"The biggest difference is he wants us to move more, and definitely for me he wants me to move more," Adi said. "It's something I'm working on. I'm a big guy. It's sometimes going to be hard for me to move like that in a tough game like this."
Goalkeeper Jake Gleeson made two more highlight-worthy reaction saves. But he did not want to talk about his right-handed stab to block a close-range header from Miguel Ibarra late in the first half.
"I focus on what I need to do better, not what I did well," Gleeson said. "The first (Minnesota) goal can't go in. That's where my mind is right now."
The second goal for the visitors was an own goal off the foot of Timbers defender Bill Tuiloma. But, as with the first goal for the Loons, a bit of quick quality from Quintero in his first MLS match created the goal.
Still, such moments focus attention on the absence of Liam Ridgewell. Ridgewell has not been on Portland's game-day roster since the 4-0 loss to the New York Red Bulls on March 10. Last week, Savarese said Ridgewell was injured ahead of the Orlando trip but trained last Tuesday.
Can't blame Savarese for choosing not to talk about Ridgewell after Saturday's win. But until the Timbers look more stable and settled defending inside their 18-yard box, Ridgewell's status will continue to be a talking point.
For his part, Gleeson says Saturday's win, no matter the shaky moments, will help the Timbers deal with future leads.
"Now, when we have those leads we can be a little bit more calm because we know we've won before," he said. "It's just getting through that process of learning how to win."
That process could be helped by playing three of their next four games at home — though a true test comes at 3 p.m. Sunday, when the top team in the MLS standings — New York City FC — visits Providence Park.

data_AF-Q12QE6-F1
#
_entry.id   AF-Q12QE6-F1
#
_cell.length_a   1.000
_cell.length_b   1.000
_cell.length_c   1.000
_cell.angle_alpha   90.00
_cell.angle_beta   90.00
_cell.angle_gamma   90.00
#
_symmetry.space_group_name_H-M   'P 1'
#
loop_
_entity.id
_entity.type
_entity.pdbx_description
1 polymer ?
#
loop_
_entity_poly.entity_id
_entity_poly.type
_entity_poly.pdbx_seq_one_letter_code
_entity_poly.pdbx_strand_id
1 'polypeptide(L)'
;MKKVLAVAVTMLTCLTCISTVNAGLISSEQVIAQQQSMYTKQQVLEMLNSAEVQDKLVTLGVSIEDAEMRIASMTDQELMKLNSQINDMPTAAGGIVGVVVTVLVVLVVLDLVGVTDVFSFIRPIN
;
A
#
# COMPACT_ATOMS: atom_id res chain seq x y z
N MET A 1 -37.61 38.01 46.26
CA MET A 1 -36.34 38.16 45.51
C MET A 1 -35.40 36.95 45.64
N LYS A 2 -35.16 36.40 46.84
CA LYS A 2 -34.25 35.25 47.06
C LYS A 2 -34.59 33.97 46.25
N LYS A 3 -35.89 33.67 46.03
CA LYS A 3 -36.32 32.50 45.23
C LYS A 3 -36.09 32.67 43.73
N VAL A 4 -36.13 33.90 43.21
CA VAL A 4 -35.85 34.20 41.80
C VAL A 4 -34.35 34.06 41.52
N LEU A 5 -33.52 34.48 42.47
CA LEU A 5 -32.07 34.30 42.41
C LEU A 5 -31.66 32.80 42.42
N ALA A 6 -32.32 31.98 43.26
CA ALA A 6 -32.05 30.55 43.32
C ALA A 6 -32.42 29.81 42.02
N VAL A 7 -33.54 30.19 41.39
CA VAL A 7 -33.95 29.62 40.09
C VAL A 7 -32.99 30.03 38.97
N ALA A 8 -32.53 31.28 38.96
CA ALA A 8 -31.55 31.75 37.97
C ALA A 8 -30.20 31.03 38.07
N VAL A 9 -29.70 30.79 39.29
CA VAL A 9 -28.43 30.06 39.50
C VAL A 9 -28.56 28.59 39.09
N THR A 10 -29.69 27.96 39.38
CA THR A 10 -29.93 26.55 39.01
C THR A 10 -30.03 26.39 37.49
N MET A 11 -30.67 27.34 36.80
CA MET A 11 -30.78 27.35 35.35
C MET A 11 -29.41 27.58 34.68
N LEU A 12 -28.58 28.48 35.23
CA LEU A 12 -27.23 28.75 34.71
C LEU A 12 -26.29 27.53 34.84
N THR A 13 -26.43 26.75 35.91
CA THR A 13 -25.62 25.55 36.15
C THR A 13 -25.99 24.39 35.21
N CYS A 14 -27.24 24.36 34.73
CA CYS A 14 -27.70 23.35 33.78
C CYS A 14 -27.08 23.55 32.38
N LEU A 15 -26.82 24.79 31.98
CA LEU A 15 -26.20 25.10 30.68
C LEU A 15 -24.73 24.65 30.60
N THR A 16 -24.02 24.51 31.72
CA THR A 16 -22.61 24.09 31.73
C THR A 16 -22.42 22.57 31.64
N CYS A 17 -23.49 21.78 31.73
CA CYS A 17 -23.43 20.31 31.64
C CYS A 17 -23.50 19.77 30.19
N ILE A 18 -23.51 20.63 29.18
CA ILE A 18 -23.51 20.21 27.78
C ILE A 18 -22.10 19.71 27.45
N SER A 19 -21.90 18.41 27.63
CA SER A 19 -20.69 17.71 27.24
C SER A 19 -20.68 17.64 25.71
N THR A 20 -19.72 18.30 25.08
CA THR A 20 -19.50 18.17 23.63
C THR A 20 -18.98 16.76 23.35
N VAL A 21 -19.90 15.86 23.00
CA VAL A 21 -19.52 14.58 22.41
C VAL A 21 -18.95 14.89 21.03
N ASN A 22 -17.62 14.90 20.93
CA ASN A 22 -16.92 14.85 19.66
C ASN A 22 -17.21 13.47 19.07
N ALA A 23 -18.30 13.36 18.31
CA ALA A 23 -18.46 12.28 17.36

Thorns do it again
Lindsey Horan and Christine Sinclair again showed their championship pedigree in Sunday's home opener for the Thorns.
They combined for two terrific goals in a 2-1 win over the Orlando Pride in the home opener and reminded 16,466 fans at Providence Park that Thorns matches feature some of the best women soccer players in the world.
"The last two years, when we're really under pressure, Lindsey has stepped up," Thorns coach Mark Parsons said. "'Sinc' does it every game, but Lindsey has stepped up when we really need her. What she's doing now, she's stepping up every single game."
Horan, who turns 24 next month, has been a pro soccer player for six years. She has become comfortable toggling between the Thorns and the U.S. national team, as she proved again on Sunday after only one full training session with the Thorns following two weeks with the national team.
"It's not that difficult," Horan said about the balancing act. "You play with one team and come back here and you refocus on what you need to do with the club and what we want with this season."
Sinclair, who turns 35 this summer, has been part of Canada's national team for half of her life. She scored her third goal of the season on Sunday, her club-leading 34th NWSL goal.
Parsons said Sinclair, who led the University of Portland to national championships in 2002 and 2005, is in the best shape of her life.
"There's a hunger and positivity and drive in Sinc right now that's contagious," Parsons said. "We're not going to see many players like Sinclair, and we've got to take advantage of these games while she's here in this city leading us to victories."
The next opportunity to witness Sinclair and her teammates comes on Friday, when Portland plays host to the Washington Spirit at 7:30 p.m. at Providence Park.